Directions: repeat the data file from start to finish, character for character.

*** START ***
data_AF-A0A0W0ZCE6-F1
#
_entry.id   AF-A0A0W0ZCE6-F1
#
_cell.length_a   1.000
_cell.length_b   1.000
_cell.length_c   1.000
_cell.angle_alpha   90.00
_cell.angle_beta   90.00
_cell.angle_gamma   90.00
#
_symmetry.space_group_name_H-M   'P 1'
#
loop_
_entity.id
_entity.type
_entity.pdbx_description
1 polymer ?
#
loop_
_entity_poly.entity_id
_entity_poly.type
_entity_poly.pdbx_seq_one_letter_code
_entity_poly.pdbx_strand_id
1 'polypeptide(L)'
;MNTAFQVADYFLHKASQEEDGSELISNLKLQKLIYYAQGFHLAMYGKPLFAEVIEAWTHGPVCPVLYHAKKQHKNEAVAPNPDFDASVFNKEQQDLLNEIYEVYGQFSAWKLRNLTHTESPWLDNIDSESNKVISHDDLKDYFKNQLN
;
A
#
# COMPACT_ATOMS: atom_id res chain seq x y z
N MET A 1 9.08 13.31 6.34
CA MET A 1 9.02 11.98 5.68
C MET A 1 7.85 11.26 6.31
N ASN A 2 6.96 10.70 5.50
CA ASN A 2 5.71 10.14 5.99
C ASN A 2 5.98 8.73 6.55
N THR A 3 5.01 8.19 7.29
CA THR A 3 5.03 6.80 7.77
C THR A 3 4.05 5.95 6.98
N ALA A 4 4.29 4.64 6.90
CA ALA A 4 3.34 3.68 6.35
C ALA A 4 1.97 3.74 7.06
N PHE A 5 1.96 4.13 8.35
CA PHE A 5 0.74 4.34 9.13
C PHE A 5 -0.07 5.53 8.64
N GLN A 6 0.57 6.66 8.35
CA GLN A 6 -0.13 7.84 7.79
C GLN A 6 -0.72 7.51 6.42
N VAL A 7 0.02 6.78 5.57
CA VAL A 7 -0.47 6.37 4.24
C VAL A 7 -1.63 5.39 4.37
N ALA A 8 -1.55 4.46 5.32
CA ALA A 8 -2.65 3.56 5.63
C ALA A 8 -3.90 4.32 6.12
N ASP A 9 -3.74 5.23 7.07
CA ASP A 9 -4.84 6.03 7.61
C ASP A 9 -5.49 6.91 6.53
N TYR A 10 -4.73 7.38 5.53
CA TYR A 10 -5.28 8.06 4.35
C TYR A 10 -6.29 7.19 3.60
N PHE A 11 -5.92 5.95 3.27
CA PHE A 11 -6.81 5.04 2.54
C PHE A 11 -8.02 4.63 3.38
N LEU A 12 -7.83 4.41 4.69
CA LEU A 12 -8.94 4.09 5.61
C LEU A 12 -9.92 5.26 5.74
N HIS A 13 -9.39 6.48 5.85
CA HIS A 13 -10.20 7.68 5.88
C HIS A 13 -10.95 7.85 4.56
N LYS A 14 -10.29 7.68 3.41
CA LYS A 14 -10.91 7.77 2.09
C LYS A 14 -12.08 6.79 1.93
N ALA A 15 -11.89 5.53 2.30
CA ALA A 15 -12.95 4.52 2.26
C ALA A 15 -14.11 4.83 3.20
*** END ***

data_AF-A0A0W0ZCE6-F1
#
_entry.id   AF-A0A0W0ZCE6-F1
#
_cell.length_a   1.000
_cell.length_b   1.000
_cell.length_c   1.000
_cell.angle_alpha   90.00
_cell.angle_beta   90.00
_cell.angle_gamma   90.00
#
_symmetry.space_group_name_H-M   'P 1'
#
loop_
_entity.id
_entity.type
_entity.pdbx_description
1 polymer ?
#
loop_
_entity_poly.entity_id
_entity_poly.type
_entity_poly.pdbx_seq_one_letter_code
_entity_poly.pdbx_strand_id
1 'polypeptide(L)'
;MNTAFQVADYFLHKASQEEDGSELISNLKLQKLIYYAQGFHLAMYGKPLFAEVIEAWTHGPVCPVLYHAKKQHKNEAVAPNPDFDASVFNKEQQDLLNEIYEVYGQFSAWKLRNLTHTESPWLDNIDSESNKVISHDDLKDYFKNQLN
;
A
#
# COMPACT_ATOMS: atom_id res chain seq x y z
N MET A 1 9.08 13.31 6.34
CA MET A 1 9.02 11.98 5.68
C MET A 1 7.85 11.26 6.31
N ASN A 2 6.96 10.70 5.50
CA ASN A 2 5.71 10.14 5.99
C ASN A 2 5.98 8.73 6.55
N THR A 3 5.01 8.19 7.29
CA THR A 3 5.03 6.80 7.77
C THR A 3 4.05 5.95 6.98
N ALA A 4 4.29 4.64 6.90
CA ALA A 4 3.34 3.68 6.35
C ALA A 4 1.97 3.74 7.06
N PHE A 5 1.96 4.13 8.35
CA PHE A 5 0.74 4.34 9.13
C PHE A 5 -0.07 5.53 8.64
N GLN A 6 0.57 6.66 8.35
CA GLN A 6 -0.13 7.84 7.79
C GLN A 6 -0.72 7.51 6.42
N VAL A 7 0.02 6.78 5.57
CA VAL A 7 -0.47 6.37 4.24
C VAL A 7 -1.63 5.39 4.37
N ALA A 8 -1.55 4.46 5.32
CA ALA A 8 -2.65 3.56 5.63
C ALA A 8 -3.90 4.32 6.12
N ASP A 9 -3.74 5.23 7.07
CA ASP A 9 -4.84 6.03 7.61
C ASP A 9 -5.49 6.91 6.53
N TYR A 10 -4.73 7.38 5.53
CA TYR A 10 -5.28 8.06 4.35
C TYR A 10 -6.29 7.19 3.60
N PHE A 11 -5.92 5.95 3.27
CA PHE A 11 -6.81 5.04 2.54
C PHE A 11 -8.02 4.63 3.38
N LEU A 12 -7.83 4.41 4.69
CA LEU A 12 -8.94 4.09 5.61
C LEU A 12 -9.92 5.26 5.74
N HIS A 13 -9.39 6.48 5.85
CA HIS A 13 -10.20 7.68 5.88
C HIS A 13 -10.95 7.85 4.56
N LYS A 14 -10.29 7.68 3.41
CA LYS A 14 -10.91 7.77 2.09
C LYS A 14 -12.08 6.79 1.93
N ALA A 15 -11.89 5.53 2.30
CA ALA A 15 -12.95 4.52 2.26
C ALA A 15 -14.11 4.83 3.20